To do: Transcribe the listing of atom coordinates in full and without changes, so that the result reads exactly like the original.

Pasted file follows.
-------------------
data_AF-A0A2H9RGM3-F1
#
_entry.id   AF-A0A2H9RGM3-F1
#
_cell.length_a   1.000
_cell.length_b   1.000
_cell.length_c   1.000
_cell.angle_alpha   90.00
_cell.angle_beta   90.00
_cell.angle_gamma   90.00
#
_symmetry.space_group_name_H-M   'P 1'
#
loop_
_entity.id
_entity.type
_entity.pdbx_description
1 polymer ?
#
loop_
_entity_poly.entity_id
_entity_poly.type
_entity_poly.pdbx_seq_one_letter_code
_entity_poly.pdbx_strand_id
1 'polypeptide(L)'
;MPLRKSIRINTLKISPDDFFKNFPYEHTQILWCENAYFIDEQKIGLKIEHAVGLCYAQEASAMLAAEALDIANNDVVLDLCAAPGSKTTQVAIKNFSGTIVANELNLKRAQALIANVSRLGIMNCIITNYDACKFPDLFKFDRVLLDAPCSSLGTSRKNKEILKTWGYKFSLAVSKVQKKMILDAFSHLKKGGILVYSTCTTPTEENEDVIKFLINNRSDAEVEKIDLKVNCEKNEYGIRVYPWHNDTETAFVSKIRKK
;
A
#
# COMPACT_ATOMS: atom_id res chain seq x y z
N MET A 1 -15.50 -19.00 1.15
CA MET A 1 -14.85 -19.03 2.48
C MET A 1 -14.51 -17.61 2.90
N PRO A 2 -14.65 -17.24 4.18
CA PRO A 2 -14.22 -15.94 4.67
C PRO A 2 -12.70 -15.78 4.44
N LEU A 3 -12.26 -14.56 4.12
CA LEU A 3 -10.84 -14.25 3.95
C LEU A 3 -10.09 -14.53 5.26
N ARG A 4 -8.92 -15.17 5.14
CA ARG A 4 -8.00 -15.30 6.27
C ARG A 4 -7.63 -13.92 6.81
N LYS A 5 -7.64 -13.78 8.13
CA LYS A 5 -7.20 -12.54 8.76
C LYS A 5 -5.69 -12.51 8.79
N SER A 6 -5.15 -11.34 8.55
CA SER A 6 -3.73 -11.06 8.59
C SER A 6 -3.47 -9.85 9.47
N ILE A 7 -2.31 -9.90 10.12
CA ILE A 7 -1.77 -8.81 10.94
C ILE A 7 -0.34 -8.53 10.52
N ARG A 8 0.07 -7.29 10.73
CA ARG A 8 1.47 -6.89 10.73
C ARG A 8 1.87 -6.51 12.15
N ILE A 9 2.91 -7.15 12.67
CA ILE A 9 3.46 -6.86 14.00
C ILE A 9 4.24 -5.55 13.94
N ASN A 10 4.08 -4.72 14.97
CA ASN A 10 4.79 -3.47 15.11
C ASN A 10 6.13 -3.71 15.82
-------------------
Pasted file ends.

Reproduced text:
data_AF-A0A2H9RGM3-F1
#
_entry.id   AF-A0A2H9RGM3-F1
#
_cell.length_a   1.000
_cell.length_b   1.000
_cell.length_c   1.000
_cell.angle_alpha   90.00
_cell.angle_beta   90.00
_cell.angle_gamma   90.00
#
_symmetry.space_group_name_H-M   'P 1'
#
loop_
_entity.id
_entity.type
_entity.pdbx_description
1 polymer ?
#
loop_
_entity_poly.entity_id
_entity_poly.type
_entity_poly.pdbx_seq_one_letter_code
_entity_poly.pdbx_strand_id
1 'polypeptide(L)'
;MPLRKSIRINTLKISPDDFFKNFPYEHTQILWCENAYFIDEQKIGLKIEHAVGLCYAQEASAMLAAEALDIANNDVVLDLCAAPGSKTTQVAIKNFSGTIVANELNLKRAQALIANVSRLGIMNCIITNYDACKFPDLFKFDRVLLDAPCSSLGTSRKNKEILKTWGYKFSLAVSKVQKKMILDAFSHLKKGGILVYSTCTTPTEENEDVIKFLINNRSDAEVEKIDLKVNCEKNEYGIRVYPWHNDTETAFVSKIRKK
;
A
#
# COMPACT_ATOMS: atom_id res chain seq x y z
N MET A 1 -15.50 -19.00 1.15
CA MET A 1 -14.85 -19.03 2.48
C MET A 1 -14.51 -17.61 2.90
N PRO A 2 -14.65 -17.24 4.18
CA PRO A 2 -14.22 -15.94 4.67
C PRO A 2 -12.70 -15.78 4.44
N LEU A 3 -12.26 -14.56 4.12
CA LEU A 3 -10.84 -14.25 3.95
C LEU A 3 -10.09 -14.53 5.26
N ARG A 4 -8.92 -15.17 5.14
CA ARG A 4 -8.00 -15.30 6.27
C ARG A 4 -7.63 -13.92 6.81
N LYS A 5 -7.64 -13.78 8.13
CA LYS A 5 -7.20 -12.54 8.76
C LYS A 5 -5.69 -12.51 8.79
N SER A 6 -5.15 -11.34 8.55
CA SER A 6 -3.73 -11.06 8.59
C SER A 6 -3.47 -9.85 9.47
N ILE A 7 -2.31 -9.90 10.12
CA ILE A 7 -1.77 -8.81 10.94
C ILE A 7 -0.34 -8.53 10.52
N ARG A 8 0.07 -7.29 10.73
CA ARG A 8 1.47 -6.89 10.73
C ARG A 8 1.87 -6.51 12.15
N ILE A 9 2.91 -7.15 12.67
CA ILE A 9 3.46 -6.86 14.00
C ILE A 9 4.24 -5.55 13.94
N ASN A 10 4.08 -4.72 14.97
CA ASN A 10 4.79 -3.47 15.11
C ASN A 10 6.13 -3.71 15.82